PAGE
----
Layered epoxy inlay #7: Correcting My Mistake

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Blog entry by JoeyG posted 01-12-2012 01:13 AM 2336 reads 1 time favorited 7 comments Add to Favorites Watch
« Part 6: I've got a face and some troubles. Part 7 of Layered epoxy inlay series Part 8: Colored Epoxy »

When I left you last time I had created a big problem by putting to much paint in my epoxy mix. Now I get to scrape it all out. Since it is still gummy I figured it would just clog up the bit on my dremel so I did it the old fashion way. I a have also included a couple of samples I am working on so I hopefully avoid further problems.

This first picture shows the tools I have assembled for the job. Just a knife and a couple of chisels.

Here is the chisel that did most of the work. I was able to get under the black and just peel it out after I took my chip carving knife and cut a slice in between the colors. I didn’t want to pull anything out that I didn’t want to. I don’t think I really had to worry about it, but at this point better safe than sorry.

I basically took out all the black that I had put in. After that I decided I wanted to try some samples, both for how the color turned out and how the epoxy set up.

I have each sample labeled

Pencil: I took a carpenter’s pencil and shave off the wood with my utility knife and then ran the knife down the lead crating shavings. I then mixed it to the epoxy with green glitter. It seems to have cured to a very hard state already and it has only been a couple of hours since I made the sample.

Alcohol: This is the alcohol ink I showed earlier in the blog. I mixed about 2-3 drops into dime size pools of epoxy. I also added the green glitter. This mix is setting up much slower. I can still indent it when I put a finger nail to it. We will see how it is in the morning.

Glitter: This one is only glitter. I mixed roughly equal amounts of black and green glitter to dime size pools of epoxy (I used about the same amount for each batch) Like the pencil lead, it has already set up and cannot be indented.

Tomorrow I will sand them down, looking for how hard the epoxy is, how many bubbles there are, and what the color looks like.

The next picture I show the blow torch. I had spoke of it in a earlier episode and just wanted to show it here. I keep the flame over the epoxy and never pointed at the epoxy. As it heats up bubbles begin to rise and it begins to flow. I am not convinced that it helps a lot, but even pulling a couple of bubbles to the top saves work later.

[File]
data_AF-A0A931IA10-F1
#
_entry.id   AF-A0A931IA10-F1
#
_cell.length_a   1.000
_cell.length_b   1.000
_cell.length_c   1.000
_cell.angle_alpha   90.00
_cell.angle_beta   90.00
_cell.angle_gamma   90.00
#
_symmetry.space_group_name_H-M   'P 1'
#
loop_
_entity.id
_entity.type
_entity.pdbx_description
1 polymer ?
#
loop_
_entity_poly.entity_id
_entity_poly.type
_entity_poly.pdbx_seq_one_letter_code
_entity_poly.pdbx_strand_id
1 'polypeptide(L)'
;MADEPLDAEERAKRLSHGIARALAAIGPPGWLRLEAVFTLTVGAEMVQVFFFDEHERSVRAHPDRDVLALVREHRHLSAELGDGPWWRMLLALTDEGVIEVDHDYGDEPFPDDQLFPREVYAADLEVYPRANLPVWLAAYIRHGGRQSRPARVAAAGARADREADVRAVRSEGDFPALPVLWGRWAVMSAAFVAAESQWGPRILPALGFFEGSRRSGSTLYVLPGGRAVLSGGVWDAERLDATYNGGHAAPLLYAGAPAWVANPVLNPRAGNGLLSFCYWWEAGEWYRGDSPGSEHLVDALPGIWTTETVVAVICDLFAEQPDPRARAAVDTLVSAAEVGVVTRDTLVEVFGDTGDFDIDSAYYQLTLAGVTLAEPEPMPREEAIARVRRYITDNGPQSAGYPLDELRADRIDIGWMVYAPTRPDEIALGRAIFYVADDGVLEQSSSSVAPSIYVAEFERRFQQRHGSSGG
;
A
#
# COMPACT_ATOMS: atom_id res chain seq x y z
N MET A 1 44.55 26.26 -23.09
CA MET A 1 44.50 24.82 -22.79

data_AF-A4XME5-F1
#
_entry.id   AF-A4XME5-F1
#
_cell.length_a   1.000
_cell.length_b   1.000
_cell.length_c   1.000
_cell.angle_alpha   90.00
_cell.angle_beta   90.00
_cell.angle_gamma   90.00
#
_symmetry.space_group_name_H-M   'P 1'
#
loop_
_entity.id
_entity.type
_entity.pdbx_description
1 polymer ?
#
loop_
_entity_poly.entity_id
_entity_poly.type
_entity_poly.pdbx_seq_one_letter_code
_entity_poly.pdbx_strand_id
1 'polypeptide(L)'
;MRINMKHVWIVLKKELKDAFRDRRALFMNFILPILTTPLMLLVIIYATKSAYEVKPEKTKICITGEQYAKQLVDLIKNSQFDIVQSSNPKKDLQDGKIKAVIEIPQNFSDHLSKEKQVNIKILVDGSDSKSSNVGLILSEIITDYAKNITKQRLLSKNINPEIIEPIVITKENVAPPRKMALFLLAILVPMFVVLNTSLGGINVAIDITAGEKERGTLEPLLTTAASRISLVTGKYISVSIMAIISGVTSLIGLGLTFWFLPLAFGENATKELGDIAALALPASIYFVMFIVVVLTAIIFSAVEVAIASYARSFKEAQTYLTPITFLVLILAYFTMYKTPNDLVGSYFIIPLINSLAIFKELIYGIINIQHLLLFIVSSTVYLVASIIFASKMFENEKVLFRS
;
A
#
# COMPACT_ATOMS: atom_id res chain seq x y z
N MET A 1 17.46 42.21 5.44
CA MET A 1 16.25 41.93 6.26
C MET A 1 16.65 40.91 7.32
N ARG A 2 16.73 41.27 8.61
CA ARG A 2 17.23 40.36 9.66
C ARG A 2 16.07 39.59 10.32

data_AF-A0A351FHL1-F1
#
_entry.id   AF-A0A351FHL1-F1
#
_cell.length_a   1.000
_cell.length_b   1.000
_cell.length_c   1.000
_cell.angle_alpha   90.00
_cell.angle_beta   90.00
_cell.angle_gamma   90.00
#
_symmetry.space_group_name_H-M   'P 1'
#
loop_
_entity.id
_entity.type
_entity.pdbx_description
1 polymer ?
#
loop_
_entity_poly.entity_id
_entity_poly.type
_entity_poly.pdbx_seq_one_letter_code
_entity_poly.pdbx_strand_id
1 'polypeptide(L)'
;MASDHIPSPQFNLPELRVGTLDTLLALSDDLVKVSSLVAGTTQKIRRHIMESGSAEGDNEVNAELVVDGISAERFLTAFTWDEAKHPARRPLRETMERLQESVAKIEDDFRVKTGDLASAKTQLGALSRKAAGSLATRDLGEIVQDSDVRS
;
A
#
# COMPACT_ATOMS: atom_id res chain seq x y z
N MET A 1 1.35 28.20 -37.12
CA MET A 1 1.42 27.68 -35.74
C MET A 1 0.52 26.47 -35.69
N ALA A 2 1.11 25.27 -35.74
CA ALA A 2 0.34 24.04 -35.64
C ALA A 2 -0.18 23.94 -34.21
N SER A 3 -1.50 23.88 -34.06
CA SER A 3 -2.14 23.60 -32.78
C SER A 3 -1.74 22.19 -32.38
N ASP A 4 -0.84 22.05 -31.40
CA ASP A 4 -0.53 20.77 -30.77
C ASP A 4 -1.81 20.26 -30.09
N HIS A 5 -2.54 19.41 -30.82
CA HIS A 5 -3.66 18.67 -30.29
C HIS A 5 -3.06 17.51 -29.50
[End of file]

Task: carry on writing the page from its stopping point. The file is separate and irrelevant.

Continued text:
Well that’s about it for now. My advice: If you feel like you added to much paint, throw it away. The waste cost will be much less than the hours lost trying to fix it.

Until next episode,

-- JoeyG ~~~

7 comments so far

View jaykaypur's profile


4017 posts in 2432 days

#1 posted 01-12-2012 01:28 AM

I will say this… certainly are dedicated. When this is finished I am positive that it will be a work of art and a great learning experience for you and those of us following along. Thanks!

-- Use it up, Wear it out --------------- Make it do, Or do without!

View lanwater's profile


3111 posts in 2958 days

#2 posted 01-12-2012 01:54 AM

I was wondering what “pencil” color was in the picture, I thought it was some kind of italian finish…
Then I read the text for the picture :):)

You are a patient man.

-- Abbas, Castro Valley, CA

View JoeyG's profile


1275 posts in 2649 days

#3 posted 01-12-2012 04:06 AM

Part of the reason I like to start the blogs when I start the project is that I have to finish it or all of you guys will know that I quit. Keeps me honest. LOL

That’s funny Ian. I’ll have to call this my Italian Job. LOL. I don’t know about patient, more like determined. I want this to work. So I will find a way to make it work. And I have way to many hours in it to throw it away and start over.

-- JoeyG ~~~

View vonhagen's profile


538 posts in 2389 days

#4 posted 01-12-2012 06:54 AM

its looking good and you are dedicated so as larry the cable guy would say, getr done

-- no matter what size job big or small do a job right or don't do it at all.

View Alan S's profile

Alan S

181 posts in 3341 days

#5 posted 01-12-2012 05:41 PM

Looking good, Joey! I’ve used the polyester resin (Clear Casting Resin) from Douglas and Sturgess:

Under “Pigments, Dyes, and Colorants” they also sell powdered dyes. Some are solid colors while others that they call “Luster Pigments” have different effects such as glitter or pearlescence. The blanks I’ve made can have small air bubbles within them, on the order of 0.5 – 1.0 mm in diameter. People use CA glue to fill in these voids whenever they appear on the surface of a turning.

View Gene Howe's profile

Gene Howe

10527 posts in 3452 days

#6 posted 01-12-2012 06:55 PM

Thanks Joey. I’m quite interested in your experiences. Keep ‘em coming.
And thanks to Alan S for that link.
I’ve used clear casting resins before. Practically, I can’t tell much difference between CCRs and epoxy. Have you found any major working differences?

-- Gene 'The true soldier fights not because he hates what is in front of him, but because he loves what is behind him.' G. K. Chesterton

View JoeyG's profile


1275 posts in 2649 days

#7 posted 01-12-2012 07:34 PM

@ Alan, Thank you. I think I will have to pick some up in the future and do a side by side comparison of the two.
Do you color the CA glue or does it even show up?

@ Gene, Thank you I will have more up soon so stay tuned…......

-- JoeyG ~~~

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